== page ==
What is the different between Alimony and Court-ordered Spousal Maintenance?
In Texas there are two different kinds of alimony. The first type is negotiated and the second type is court-ordered, called "spousal maintenance." A contract between the two parties constitutes negotiated alimony. This will divide up any particular assets during the marriage. The second type of alimony can be ordered by the court under certain circumstances.
What are the conditions to qualify for Court-ordered Spousal Maintenance?
There are certain conditions in which the Court may order spousal maintenance. The spouse seeking alimony must show that the marriage lasted more than 10 years and that he or she lacks income to provide for basic needs. The spouse has to prove that he or she is not able to earn enough money due to a physical or mental disability or that because of having custody of the children, they need support since they don't have the income to care for the child due to a disability.
What are the effects of Family Violence history on Spousal Maintenance?
A spouse may be eligible for court-ordered alimony if the other spouse has been convicted of a crime against him or her or the spouse's child that is considered an act of family violence. The crime has to have occurred within 2 years before the date of the filed divorce or while the divorce is pending.
What are the limits on the Duration and Amount of Spousal Maintenance?
The limit on court ordered maintenance is 5 years if the marriage lasted between 10-20 years, however, the court can order less than 5 years. If the marriage lasted for 20-30 years, then there is a cap of 7 years of spousal support. Marriages lasting for 30 years or more have a cap of 10 years. The main exception to the caps of spousal maintenance is if the spouse is unable to earn enough income to provide for his or her basic needs due to a physical or mental disability or her child. $5,000 or a lesser amount can be awarded or 20 percent of the spouse's average monthly income. Because, the purpose of spousal support is to take care of the spouse's minimum needs, there is no guarantee of receiving $5,000 per month. How much and for how long support is given is based on the individual's case.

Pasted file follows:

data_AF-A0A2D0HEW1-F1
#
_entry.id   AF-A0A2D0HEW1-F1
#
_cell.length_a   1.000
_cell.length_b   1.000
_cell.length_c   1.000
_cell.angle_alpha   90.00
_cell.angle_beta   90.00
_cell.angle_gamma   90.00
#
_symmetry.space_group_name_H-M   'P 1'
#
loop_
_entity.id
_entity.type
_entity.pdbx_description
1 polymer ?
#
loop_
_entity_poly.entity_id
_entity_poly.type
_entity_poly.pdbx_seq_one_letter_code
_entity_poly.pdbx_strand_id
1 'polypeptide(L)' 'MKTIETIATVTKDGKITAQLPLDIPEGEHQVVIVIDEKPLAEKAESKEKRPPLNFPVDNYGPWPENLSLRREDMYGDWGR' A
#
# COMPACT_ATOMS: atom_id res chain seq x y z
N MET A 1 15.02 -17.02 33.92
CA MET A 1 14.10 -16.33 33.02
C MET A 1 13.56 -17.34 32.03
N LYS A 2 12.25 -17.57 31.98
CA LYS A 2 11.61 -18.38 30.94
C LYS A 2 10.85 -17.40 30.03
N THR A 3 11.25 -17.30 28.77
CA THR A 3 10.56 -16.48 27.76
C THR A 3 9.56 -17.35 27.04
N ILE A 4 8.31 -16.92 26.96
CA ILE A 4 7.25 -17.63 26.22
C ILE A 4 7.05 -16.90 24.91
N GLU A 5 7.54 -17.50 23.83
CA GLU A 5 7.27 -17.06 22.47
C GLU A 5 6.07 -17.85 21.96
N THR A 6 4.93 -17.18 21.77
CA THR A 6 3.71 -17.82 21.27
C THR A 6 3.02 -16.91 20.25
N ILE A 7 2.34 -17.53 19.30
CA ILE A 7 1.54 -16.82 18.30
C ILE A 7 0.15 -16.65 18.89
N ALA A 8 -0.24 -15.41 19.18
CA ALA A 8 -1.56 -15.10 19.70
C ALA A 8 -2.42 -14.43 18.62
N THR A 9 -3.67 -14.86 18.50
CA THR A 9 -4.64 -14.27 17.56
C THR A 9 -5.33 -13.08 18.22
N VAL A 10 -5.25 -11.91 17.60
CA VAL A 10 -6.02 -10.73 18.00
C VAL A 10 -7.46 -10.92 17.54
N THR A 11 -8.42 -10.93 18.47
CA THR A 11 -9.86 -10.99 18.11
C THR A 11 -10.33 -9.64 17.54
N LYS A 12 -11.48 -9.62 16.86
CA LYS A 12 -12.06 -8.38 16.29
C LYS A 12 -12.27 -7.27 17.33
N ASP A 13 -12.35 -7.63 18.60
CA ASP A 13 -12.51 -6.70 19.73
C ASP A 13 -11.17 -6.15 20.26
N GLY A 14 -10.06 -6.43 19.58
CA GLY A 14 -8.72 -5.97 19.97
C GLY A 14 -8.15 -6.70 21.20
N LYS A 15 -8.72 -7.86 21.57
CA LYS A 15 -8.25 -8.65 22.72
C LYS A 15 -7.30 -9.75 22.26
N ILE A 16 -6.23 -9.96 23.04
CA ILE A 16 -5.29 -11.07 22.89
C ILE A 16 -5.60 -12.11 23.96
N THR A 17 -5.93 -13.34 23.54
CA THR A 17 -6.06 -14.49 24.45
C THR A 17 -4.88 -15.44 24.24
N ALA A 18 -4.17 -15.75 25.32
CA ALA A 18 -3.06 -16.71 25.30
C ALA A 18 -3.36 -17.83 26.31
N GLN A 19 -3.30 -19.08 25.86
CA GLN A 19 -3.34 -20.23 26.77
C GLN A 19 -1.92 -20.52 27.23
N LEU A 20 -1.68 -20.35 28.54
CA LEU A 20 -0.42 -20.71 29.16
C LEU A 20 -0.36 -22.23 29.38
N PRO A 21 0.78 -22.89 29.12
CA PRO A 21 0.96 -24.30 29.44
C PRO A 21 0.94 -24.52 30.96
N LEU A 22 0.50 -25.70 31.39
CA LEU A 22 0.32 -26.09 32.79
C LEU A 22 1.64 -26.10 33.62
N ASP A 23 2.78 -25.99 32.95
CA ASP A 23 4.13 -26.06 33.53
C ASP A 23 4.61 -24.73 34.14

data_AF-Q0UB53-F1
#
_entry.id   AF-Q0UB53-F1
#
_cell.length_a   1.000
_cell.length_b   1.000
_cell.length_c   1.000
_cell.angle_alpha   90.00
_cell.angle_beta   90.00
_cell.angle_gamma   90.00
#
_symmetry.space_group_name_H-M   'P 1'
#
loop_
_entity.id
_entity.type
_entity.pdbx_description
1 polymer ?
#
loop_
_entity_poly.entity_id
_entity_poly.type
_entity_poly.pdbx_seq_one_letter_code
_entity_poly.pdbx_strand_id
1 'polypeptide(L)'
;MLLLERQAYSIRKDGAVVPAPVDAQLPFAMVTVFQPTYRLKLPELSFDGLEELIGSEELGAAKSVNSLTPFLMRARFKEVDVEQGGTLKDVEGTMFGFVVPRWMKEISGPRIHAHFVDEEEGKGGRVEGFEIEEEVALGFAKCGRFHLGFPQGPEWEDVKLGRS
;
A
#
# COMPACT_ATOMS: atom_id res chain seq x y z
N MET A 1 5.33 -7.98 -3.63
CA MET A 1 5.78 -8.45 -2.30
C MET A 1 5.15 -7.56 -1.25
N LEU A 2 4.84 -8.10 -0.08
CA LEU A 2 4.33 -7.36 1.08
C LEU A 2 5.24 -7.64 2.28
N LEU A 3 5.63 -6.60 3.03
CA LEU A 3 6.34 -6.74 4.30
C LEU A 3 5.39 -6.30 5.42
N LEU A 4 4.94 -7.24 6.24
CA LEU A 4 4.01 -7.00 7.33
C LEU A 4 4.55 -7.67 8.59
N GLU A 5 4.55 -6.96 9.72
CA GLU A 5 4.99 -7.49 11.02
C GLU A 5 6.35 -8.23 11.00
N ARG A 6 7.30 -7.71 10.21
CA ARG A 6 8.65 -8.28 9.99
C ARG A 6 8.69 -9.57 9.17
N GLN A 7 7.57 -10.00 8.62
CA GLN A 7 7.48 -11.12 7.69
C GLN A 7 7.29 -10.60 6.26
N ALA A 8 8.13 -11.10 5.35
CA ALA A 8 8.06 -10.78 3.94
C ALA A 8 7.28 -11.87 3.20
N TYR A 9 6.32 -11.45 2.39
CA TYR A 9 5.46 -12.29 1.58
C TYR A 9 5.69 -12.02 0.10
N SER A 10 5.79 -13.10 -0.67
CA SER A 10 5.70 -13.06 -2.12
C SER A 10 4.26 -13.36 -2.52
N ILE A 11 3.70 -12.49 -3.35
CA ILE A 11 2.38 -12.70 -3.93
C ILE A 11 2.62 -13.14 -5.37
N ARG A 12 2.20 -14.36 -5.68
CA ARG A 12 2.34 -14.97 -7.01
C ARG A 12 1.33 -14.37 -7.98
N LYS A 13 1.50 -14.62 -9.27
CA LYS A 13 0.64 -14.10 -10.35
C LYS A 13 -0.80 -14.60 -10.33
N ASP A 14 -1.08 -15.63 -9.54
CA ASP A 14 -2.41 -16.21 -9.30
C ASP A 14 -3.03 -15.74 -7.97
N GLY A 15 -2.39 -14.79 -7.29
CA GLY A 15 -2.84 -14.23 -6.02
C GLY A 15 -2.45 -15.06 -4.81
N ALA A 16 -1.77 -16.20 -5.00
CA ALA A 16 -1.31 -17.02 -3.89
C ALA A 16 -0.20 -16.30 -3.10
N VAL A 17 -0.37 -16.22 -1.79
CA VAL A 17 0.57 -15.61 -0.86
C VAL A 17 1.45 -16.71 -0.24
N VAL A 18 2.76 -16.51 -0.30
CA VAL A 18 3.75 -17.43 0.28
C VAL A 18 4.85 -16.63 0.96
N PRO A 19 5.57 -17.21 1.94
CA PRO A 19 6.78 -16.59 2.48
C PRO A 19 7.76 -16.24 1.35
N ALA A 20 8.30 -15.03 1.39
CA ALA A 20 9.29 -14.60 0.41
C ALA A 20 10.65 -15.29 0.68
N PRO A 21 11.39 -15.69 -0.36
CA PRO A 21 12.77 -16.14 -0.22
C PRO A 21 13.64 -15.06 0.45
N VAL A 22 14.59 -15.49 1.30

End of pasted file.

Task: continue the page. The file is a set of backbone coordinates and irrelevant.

What is the termination of Spousal Maintenance?
Court-ordered maintenance may terminate with the death of either party or if the spouse receiving support remarries. After a court hearing, the court may terminate the maintenance if the receiving spouse is living with another person and they have a dating or romantic relationship in a permanent residence. If it is a contractual alimony, where the both parties have come to an agreement, the situation can be different. If the spouse is being compensated for giving up a property such as a business, then it may not be likely that the spouse will agree to terminate alimony just because they start living with someone. Courts can also terminate spousal support if there has been a material and significant change in circumstances for the reasons that spousal maintenance in the first place.